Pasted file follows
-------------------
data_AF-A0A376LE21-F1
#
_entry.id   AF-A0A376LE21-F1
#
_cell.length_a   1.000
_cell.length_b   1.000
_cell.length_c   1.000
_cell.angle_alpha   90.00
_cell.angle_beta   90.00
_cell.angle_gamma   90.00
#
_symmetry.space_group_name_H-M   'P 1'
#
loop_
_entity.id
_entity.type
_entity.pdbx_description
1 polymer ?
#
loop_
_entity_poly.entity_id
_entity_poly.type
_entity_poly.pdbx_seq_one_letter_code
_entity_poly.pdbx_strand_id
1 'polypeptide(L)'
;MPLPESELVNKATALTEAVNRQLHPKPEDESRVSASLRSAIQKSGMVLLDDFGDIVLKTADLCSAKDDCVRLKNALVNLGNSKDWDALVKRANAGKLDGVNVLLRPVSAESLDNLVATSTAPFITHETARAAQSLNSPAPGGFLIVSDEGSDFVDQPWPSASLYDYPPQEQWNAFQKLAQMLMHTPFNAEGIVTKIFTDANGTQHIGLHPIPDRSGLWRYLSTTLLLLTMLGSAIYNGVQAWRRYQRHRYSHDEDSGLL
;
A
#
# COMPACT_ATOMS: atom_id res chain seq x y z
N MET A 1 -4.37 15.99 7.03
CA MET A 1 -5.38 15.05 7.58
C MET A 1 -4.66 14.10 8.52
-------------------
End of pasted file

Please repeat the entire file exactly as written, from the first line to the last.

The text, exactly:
data_AF-A0A376LE21-F1
#
_entry.id   AF-A0A376LE21-F1
#
_cell.length_a   1.000
_cell.length_b   1.000
_cell.length_c   1.000
_cell.angle_alpha   90.00
_cell.angle_beta   90.00
_cell.angle_gamma   90.00
#
_symmetry.space_group_name_H-M   'P 1'
#
loop_
_entity.id
_entity.type
_entity.pdbx_description
1 polymer ?
#
loop_
_entity_poly.entity_id
_entity_poly.type
_entity_poly.pdbx_seq_one_letter_code
_entity_poly.pdbx_strand_id
1 'polypeptide(L)'
;MPLPESELVNKATALTEAVNRQLHPKPEDESRVSASLRSAIQKSGMVLLDDFGDIVLKTADLCSAKDDCVRLKNALVNLGNSKDWDALVKRANAGKLDGVNVLLRPVSAESLDNLVATSTAPFITHETARAAQSLNSPAPGGFLIVSDEGSDFVDQPWPSASLYDYPPQEQWNAFQKLAQMLMHTPFNAEGIVTKIFTDANGTQHIGLHPIPDRSGLWRYLSTTLLLLTMLGSAIYNGVQAWRRYQRHRYSHDEDSGLL
;
A
#
# COMPACT_ATOMS: atom_id res chain seq x y z
N MET A 1 -4.37 15.99 7.03
CA MET A 1 -5.38 15.05 7.58
C MET A 1 -4.66 14.10 8.52